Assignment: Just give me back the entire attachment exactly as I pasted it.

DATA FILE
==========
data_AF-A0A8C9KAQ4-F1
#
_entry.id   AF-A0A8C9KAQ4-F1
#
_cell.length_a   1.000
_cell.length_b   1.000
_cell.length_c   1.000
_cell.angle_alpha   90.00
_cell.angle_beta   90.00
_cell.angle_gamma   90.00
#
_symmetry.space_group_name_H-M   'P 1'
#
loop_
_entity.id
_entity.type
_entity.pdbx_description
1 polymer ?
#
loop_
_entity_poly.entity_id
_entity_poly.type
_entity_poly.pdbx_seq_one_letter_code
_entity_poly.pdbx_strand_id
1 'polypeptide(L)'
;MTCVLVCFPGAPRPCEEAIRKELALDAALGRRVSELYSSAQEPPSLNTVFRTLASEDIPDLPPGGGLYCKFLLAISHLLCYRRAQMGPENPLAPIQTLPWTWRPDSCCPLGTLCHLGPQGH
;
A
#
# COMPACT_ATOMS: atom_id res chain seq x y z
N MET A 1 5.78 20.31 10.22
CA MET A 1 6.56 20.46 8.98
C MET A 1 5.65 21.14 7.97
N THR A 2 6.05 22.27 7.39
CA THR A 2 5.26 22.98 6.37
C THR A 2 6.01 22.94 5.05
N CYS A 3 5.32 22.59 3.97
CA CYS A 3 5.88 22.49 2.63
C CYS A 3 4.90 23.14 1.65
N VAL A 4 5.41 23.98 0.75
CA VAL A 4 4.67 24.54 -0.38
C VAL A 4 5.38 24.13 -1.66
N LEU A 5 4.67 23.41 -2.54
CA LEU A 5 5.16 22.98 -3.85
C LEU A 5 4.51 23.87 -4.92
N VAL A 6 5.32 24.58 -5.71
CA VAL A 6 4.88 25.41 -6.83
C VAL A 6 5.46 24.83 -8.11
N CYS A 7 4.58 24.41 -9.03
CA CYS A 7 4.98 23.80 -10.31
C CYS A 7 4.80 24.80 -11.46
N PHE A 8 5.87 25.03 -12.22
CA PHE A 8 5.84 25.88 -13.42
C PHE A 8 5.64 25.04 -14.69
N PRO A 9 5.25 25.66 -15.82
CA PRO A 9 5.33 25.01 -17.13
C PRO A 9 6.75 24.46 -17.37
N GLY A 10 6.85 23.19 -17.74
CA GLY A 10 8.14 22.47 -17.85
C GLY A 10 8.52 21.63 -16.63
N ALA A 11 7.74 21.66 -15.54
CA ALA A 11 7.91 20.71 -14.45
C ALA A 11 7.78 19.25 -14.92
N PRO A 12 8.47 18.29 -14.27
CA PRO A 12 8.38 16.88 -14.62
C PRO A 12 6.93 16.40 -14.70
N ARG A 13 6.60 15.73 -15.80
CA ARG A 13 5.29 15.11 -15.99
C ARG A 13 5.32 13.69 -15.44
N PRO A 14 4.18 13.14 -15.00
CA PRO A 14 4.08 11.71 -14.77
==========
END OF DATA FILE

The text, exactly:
data_AF-A0A8C9KAQ4-F1
#
_entry.id   AF-A0A8C9KAQ4-F1
#
_cell.length_a   1.000
_cell.length_b   1.000
_cell.length_c   1.000
_cell.angle_alpha   90.00
_cell.angle_beta   90.00
_cell.angle_gamma   90.00
#
_symmetry.space_group_name_H-M   'P 1'
#
loop_
_entity.id
_entity.type
_entity.pdbx_description
1 polymer ?
#
loop_
_entity_poly.entity_id
_entity_poly.type
_entity_poly.pdbx_seq_one_letter_code
_entity_poly.pdbx_strand_id
1 'polypeptide(L)'
;MTCVLVCFPGAPRPCEEAIRKELALDAALGRRVSELYSSAQEPPSLNTVFRTLASEDIPDLPPGGGLYCKFLLAISHLLCYRRAQMGPENPLAPIQTLPWTWRPDSCCPLGTLCHLGPQGH
;
A
#
# COMPACT_ATOMS: atom_id res chain seq x y z
N MET A 1 5.78 20.31 10.22
CA MET A 1 6.56 20.46 8.98
C MET A 1 5.65 21.14 7.97
N THR A 2 6.05 22.27 7.39
CA THR A 2 5.26 22.98 6.37
C THR A 2 6.01 22.94 5.05
N CYS A 3 5.32 22.59 3.97
CA CYS A 3 5.88 22.49 2.63
C CYS A 3 4.90 23.14 1.65
N VAL A 4 5.41 23.98 0.75
CA VAL A 4 4.67 24.54 -0.38
C VAL A 4 5.38 24.13 -1.66
N LEU A 5 4.67 23.41 -2.54
CA LEU A 5 5.16 22.98 -3.85
C LEU A 5 4.51 23.87 -4.92
N VAL A 6 5.32 24.58 -5.71
CA VAL A 6 4.88 25.41 -6.83
C VAL A 6 5.46 24.83 -8.11
N CYS A 7 4.58 24.41 -9.03
CA CYS A 7 4.98 23.80 -10.31
C CYS A 7 4.80 24.80 -11.46
N PHE A 8 5.87 25.03 -12.22
CA PHE A 8 5.84 25.88 -13.42
C PHE A 8 5.64 25.04 -14.69
N PRO A 9 5.25 25.66 -15.82
CA PRO A 9 5.33 25.01 -17.13
C PRO A 9 6.75 24.46 -17.37
N GLY A 10 6.85 23.19 -17.74
CA GLY A 10 8.14 22.47 -17.85
C GLY A 10 8.52 21.63 -16.63
N ALA A 11 7.74 21.66 -15.54
CA ALA A 11 7.91 20.71 -14.45
C ALA A 11 7.78 19.25 -14.92
N PRO A 12 8.47 18.29 -14.27
CA PRO A 12 8.38 16.88 -14.62
C PRO A 12 6.93 16.40 -14.70
N ARG A 13 6.60 15.73 -15.80
CA ARG A 13 5.29 15.11 -15.99
C ARG A 13 5.32 13.69 -15.44
N PRO A 14 4.18 13.14 -15.00
CA PRO A 14 4.08 11.71 -14.77